Focus on your feelings, and work through them. Resist the urge to “drink them away.” If you’re feeling stressed with the amount of things you have to do, really look at your to-do list and cut out the non-essential items. Don’t worry about disappointing people or letting someone down. Chances are, you won’t. And you’re health and sanity are far more important.

If you’re feeling down emotionally, seek out other people. If you don’t have anyone in your life that you can turn to, then get to a meeting. There you will find solace. Being alone this time of year can be dangerous. Find ways to interact with people, and find things to do that will bring you joy.

We trick ourselves into feeling like this time of year means more, or is more special, than the rest of the year. But really, it’s no different than the other months out of the year. Stop putting pressure on yourself to make the time of year perfect, and just try to relax and enjoy it. Every day of your life is meaningful and special, not only these last few days of the year.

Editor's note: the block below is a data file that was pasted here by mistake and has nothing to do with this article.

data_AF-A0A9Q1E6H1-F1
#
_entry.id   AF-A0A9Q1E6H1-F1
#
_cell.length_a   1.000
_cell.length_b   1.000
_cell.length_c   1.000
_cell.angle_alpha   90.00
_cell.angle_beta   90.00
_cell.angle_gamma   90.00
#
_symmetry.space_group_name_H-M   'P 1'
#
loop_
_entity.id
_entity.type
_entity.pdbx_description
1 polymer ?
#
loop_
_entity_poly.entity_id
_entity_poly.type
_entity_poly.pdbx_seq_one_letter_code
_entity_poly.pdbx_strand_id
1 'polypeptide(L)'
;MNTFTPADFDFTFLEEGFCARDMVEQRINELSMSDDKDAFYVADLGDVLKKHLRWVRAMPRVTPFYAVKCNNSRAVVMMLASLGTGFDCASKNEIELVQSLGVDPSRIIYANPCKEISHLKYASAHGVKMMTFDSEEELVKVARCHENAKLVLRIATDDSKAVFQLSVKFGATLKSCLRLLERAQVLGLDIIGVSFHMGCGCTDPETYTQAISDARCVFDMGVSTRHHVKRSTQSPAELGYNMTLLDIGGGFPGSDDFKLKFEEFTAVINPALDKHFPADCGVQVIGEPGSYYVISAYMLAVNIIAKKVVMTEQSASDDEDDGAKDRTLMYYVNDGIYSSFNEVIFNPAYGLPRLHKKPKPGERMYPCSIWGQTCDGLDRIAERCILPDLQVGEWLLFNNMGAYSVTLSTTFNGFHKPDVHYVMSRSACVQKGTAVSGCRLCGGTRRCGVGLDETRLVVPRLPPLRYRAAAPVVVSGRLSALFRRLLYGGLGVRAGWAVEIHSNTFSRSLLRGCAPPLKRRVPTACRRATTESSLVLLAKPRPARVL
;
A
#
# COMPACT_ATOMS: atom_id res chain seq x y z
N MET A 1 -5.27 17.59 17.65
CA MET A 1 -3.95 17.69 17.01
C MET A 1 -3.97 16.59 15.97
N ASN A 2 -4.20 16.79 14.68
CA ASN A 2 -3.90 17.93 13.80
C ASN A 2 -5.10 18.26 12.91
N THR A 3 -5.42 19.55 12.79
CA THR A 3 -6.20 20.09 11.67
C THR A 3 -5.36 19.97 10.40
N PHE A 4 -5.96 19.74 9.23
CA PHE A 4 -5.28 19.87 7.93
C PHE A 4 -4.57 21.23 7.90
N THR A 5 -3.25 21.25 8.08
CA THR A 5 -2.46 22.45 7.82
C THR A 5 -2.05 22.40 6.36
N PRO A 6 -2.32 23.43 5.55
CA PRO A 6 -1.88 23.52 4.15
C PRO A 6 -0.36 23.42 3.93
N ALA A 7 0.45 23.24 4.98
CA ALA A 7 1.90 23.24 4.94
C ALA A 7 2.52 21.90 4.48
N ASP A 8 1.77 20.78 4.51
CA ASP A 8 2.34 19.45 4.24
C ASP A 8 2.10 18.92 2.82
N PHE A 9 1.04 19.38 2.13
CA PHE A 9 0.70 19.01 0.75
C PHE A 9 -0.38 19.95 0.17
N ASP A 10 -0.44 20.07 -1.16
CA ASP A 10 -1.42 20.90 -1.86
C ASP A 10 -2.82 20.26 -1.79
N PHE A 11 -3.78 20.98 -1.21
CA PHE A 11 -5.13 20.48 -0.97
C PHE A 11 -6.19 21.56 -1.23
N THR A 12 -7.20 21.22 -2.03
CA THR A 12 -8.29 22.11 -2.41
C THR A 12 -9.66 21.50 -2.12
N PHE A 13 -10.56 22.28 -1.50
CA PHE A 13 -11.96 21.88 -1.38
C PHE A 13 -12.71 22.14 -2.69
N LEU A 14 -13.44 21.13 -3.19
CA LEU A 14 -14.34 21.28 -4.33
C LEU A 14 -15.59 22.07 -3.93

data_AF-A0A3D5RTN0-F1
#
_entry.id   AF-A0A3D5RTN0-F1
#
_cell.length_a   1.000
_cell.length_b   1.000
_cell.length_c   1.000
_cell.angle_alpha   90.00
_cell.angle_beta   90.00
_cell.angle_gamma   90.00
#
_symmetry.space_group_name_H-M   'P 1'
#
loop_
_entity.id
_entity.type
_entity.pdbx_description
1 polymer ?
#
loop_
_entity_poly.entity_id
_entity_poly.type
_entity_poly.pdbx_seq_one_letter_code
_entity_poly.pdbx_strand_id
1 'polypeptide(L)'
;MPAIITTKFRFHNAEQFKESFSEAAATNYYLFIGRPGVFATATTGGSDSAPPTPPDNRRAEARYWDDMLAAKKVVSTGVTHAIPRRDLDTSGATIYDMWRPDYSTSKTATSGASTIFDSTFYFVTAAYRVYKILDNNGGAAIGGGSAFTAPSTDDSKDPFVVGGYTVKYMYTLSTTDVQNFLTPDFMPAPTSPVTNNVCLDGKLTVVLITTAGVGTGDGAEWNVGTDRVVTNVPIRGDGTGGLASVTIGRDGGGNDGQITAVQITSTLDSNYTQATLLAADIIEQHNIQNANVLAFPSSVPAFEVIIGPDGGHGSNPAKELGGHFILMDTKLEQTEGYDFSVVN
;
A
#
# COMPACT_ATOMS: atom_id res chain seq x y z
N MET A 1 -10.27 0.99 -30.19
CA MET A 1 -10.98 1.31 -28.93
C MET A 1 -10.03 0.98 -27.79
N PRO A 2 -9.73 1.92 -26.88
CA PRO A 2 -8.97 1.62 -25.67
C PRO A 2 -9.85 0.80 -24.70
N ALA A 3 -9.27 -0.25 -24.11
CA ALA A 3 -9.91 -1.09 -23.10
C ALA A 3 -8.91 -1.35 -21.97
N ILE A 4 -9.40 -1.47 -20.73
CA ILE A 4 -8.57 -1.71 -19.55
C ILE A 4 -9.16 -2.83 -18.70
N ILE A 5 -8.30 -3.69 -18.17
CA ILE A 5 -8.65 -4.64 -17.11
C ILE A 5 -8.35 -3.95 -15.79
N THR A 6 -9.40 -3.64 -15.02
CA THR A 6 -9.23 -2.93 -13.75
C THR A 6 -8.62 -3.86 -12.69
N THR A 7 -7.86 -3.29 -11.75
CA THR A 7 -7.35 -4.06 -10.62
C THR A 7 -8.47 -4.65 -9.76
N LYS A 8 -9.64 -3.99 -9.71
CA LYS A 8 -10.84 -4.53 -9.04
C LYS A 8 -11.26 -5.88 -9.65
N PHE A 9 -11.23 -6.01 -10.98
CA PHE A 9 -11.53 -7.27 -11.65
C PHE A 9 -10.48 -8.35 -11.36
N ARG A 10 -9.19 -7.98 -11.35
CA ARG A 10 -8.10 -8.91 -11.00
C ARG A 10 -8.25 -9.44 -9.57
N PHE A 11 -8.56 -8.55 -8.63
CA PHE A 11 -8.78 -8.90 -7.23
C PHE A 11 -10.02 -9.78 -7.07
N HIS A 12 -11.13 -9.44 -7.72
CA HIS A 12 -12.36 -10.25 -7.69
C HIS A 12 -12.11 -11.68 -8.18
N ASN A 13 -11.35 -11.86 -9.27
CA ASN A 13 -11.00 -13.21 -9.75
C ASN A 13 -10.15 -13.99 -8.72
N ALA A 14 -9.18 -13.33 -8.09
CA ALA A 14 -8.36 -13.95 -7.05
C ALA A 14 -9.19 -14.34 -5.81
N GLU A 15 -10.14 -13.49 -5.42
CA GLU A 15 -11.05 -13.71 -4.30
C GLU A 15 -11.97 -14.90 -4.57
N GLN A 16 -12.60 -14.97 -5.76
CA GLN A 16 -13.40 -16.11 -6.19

Make special plans for next year. Think of all the fun things you will do. Think of all that you will be able to accomplish. Think of how much better you can make your new year, than your last year. Look toward the new year with happiness and confidence, instead of fearing or dreading it.

Happy holidays, and be safe.

The Role of Trauma

This week’s safe coping strategy is:

Link PTSD and substance abuse. Recognize substances as an attempt to self-medicate.

I don’t know if I qualify as having full-blown PTSD or not, but I don’t think that’s the point here. All I know is that my drinking picked up speed very quickly following my miscarriage in 2011. Then, it improved a bit. I went a long time without drinking, as I was pregnant with my second son from January to September 2012, and breastfeeding him after that. When I was diagnosed with melanoma in March of 2013, it started back up again, and was about 10 times worse than before.